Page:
Sunday, September 21, 2014
Inquirer Daily News

Eagles-Niners Day-After Dissection

Reviewing the wreckage of the Eagles’ 24-23 collapse to the 49ers while wondering how many hours Juan Castillo plans to go without sleep this week:

Eagles-Niners Day-After Dissection

The Eagles have gained just 15 yards on 13 carries in the red zone the last two games. (Steven M. Falk/Staff Photographer)
The Eagles have gained just 15 yards on 13 carries in the red zone the last two games. (Steven M. Falk/Staff Photographer)

Reviewing the wreckage of the Eagles’ 24-23 collapse to the 49ers while wondering how many hours Juan Castillo plans to go without sleep this week:

By the Numbers

--LeSean McCoy, who entered Sunday’s game as the league’s second leading rusher, had just just nine carries against the Niners and only four in the second half of a game in which the Eagles had a 20-point lead. Andy Reid, who repeatedly has said over the years that he likes to run the ball in the second half after getting a lead, denied that Monday. Must’ve been another Andy Reid.

--The Eagles’ offense has converted just 3 of 12 red zone trips into touchdowns in the last two games. They were 1-for-5 against the Giants and 2-for-7 Sunday. They’ve gained just 15 yards on 13 carries in the red zone the last two games. Mike Vick’s passing numbers in the red zone against the Giants and Niners: 9-for-13 for 41 yards, 2 touchdowns, one interception.

More coverage
 
Birds' Eye View: Jenkins says Eagles lack 'attitude'
 
Eagletarian: Reid says coaching staff 'will stay intact"
 
Moving the Chains: Man Up: A defensive disasater

--The Eagles have what is considered the best cornerback trio in the league, yet have just two interceptions in four games. They’re on pace for eight picks.

--All 15 of the Eagles’ sacks have been recorded by their front four, including seven by Jason Babin. A breakdown of Babin’s seven sacks:

By quarter

1Q – 0

2Q – 3

3Q – 1

4Q – 3

By down

First down: 2

Second down: 1

Third down: 4

.

Pass Defense

In the Niners’ first three games, Alex Smith had averaged just 168 passing yards per game. Against the Eagles, he threw for 291. In the third quarter alone Sunday, he completed 9 of 9 passes for 179 yards and 2 touchdowns.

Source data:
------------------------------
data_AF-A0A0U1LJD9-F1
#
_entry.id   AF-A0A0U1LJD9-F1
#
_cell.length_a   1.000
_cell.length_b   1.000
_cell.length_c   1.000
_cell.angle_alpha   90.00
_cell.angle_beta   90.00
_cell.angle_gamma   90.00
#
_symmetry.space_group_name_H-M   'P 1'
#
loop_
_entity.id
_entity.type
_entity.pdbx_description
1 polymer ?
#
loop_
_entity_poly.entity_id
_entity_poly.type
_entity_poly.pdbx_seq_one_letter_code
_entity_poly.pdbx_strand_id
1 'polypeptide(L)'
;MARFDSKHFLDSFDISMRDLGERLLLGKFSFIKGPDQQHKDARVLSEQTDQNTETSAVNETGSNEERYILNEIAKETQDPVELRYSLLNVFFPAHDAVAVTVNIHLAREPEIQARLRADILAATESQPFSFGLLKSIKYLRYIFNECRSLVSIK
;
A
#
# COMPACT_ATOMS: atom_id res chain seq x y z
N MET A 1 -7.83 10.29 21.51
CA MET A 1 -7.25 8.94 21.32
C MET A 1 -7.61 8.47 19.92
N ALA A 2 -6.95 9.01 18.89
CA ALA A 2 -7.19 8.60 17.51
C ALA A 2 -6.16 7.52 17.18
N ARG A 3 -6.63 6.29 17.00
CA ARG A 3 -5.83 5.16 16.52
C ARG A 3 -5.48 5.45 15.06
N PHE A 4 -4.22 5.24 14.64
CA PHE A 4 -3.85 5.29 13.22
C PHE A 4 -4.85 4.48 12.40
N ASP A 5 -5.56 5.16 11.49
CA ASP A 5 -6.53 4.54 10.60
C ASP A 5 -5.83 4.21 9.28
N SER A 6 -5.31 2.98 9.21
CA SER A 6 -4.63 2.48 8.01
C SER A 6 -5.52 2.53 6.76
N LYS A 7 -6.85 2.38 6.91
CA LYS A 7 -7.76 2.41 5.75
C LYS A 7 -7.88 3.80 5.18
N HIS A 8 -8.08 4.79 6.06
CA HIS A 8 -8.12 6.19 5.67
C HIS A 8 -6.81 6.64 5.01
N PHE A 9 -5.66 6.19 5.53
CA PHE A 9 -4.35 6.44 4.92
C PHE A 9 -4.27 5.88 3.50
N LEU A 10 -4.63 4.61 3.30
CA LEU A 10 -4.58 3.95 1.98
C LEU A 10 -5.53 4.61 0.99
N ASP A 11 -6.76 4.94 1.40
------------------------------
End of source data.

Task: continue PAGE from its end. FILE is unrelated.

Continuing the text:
A season-long problem covering – and tackling – opposing running backs and tight ends continued in the loss. Twelve of Smith’s 20 completions and 154 of his 291 passing yards went to backs and tight ends.

In the first four games, running backs and tight ends have 40 receptions for 478 yard and 6 touchdowns against the Eagles.

On Kendall Hunter’s 44-yard catch and run in the third quarter, which preceded the Niners’ first touchdown, Jamar Chaney abandoned his coverage responsibility on Hunter when Smith broke containment, and pursued Smith. As soon as Chaney committed, Smith dumped it to Hunter.

On Smith’s 30-yard touchdown pass to Josh Morgan, the Eagles blitzed safety Jarrad Page and cornerback Nnamdi Asomugha off the same side. With no inside safety help on Morgan, Asante Samuel, the corner on that side, should have been playing inside leverage on the Niners’ wideout. But he didn’t. He stayed outside, allowing Morgan to run a slant into the hole between he and linebacker Brian Rolle, and Smith delivered an strike to him. It helped that the blitz didn’t work. Both Page and Asomugha were easily picked up.

On another one of the completions to a Niners running back, linebacker Brian Rolle was late getting over to pick up fullback Bruce Miller in the left flat, then tried to push the 250-pounder out of bounds rather than wrapping him up and tackling him. Miller stayed in bounds and picked up 15 yards on the third-quarter play.

The Eagles dealt with Niners tight end Vernon Davis in several different ways, including putting cornerback Nnamdi Asomugha on him. Davis was targeted by Smith six times and had four catches for 45 yards and a touchdown. He hurt them just twice . He had a 26-yard catch late in the first quarter that set up a David Akers field goal. Davis beat safety Nate Allen with an effective in-and-out move on that one. His other big play was his nine-yard touchdown catch late in the third quarter that got the Niners within six points. On that one, he beat middle linebacker Jamar Chaney.

While Asomugha did a good job on Davis, he got beat by wide receiver Michael Crabree on a 38-yard completion four plays before Davis’ touchdown. Asomugha has said several times in recent weeks that he knows teams are going to try and attack the Eagles corners with double moves. Yet, he bit on one by Crabtree who beat him with a stutter-and-go move. Asomugha caught Crabtree after the catch, then blew the tackle on him, allowing him to pick up seven more yards. Asomugha’s tackling skills in his first four games with the Eagles have not been impressive.